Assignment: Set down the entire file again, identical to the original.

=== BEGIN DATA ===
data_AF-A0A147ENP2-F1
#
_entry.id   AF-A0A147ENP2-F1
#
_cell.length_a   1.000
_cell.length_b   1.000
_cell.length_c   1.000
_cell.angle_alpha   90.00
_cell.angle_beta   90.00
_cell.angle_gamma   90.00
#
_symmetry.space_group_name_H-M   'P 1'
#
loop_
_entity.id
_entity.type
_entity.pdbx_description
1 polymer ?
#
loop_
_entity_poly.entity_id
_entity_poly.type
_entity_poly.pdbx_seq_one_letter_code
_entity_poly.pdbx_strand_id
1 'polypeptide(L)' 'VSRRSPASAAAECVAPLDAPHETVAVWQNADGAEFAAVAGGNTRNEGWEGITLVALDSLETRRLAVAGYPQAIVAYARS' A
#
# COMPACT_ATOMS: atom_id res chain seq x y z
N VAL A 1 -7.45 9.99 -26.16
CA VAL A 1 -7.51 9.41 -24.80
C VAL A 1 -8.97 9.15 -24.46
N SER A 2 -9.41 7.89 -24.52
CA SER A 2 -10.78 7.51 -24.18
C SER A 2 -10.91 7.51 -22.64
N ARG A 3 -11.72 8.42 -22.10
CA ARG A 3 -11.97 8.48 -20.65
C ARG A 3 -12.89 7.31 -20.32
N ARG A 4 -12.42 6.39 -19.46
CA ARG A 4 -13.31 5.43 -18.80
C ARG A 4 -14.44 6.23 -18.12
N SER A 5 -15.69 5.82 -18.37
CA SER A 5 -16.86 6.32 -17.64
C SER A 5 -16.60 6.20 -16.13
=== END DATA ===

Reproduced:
data_AF-A0A147ENP2-F1
#
_entry.id   AF-A0A147ENP2-F1
#
_cell.length_a   1.000
_cell.length_b   1.000
_cell.length_c   1.000
_cell.angle_alpha   90.00
_cell.angle_beta   90.00
_cell.angle_gamma   90.00
#
_symmetry.space_group_name_H-M   'P 1'
#
loop_
_entity.id
_entity.type
_entity.pdbx_description
1 polymer ?
#
loop_
_entity_poly.entity_id
_entity_poly.type
_entity_poly.pdbx_seq_one_letter_code
_entity_poly.pdbx_strand_id
1 'polypeptide(L)' 'VSRRSPASAAAECVAPLDAPHETVAVWQNADGAEFAAVAGGNTRNEGWEGITLVALDSLETRRLAVAGYPQAIVAYARS' A
#
# COMPACT_ATOMS: atom_id res chain seq x y z
N VAL A 1 -7.45 9.99 -26.16
CA VAL A 1 -7.51 9.41 -24.80
C VAL A 1 -8.97 9.15 -24.46
N SER A 2 -9.41 7.89 -24.52
CA SER A 2 -10.78 7.51 -24.18
C SER A 2 -10.91 7.51 -22.64
N ARG A 3 -11.72 8.42 -22.10
CA ARG A 3 -11.97 8.48 -20.65
C ARG A 3 -12.89 7.31 -20.32
N ARG A 4 -12.42 6.39 -19.46
CA ARG A 4 -13.31 5.43 -18.80
C ARG A 4 -14.44 6.23 -18.12
N SER A 5 -15.69 5.82 -18.37
CA SER A 5 -16.86 6.32 -17.64
C SER A 5 -16.60 6.20 -16.13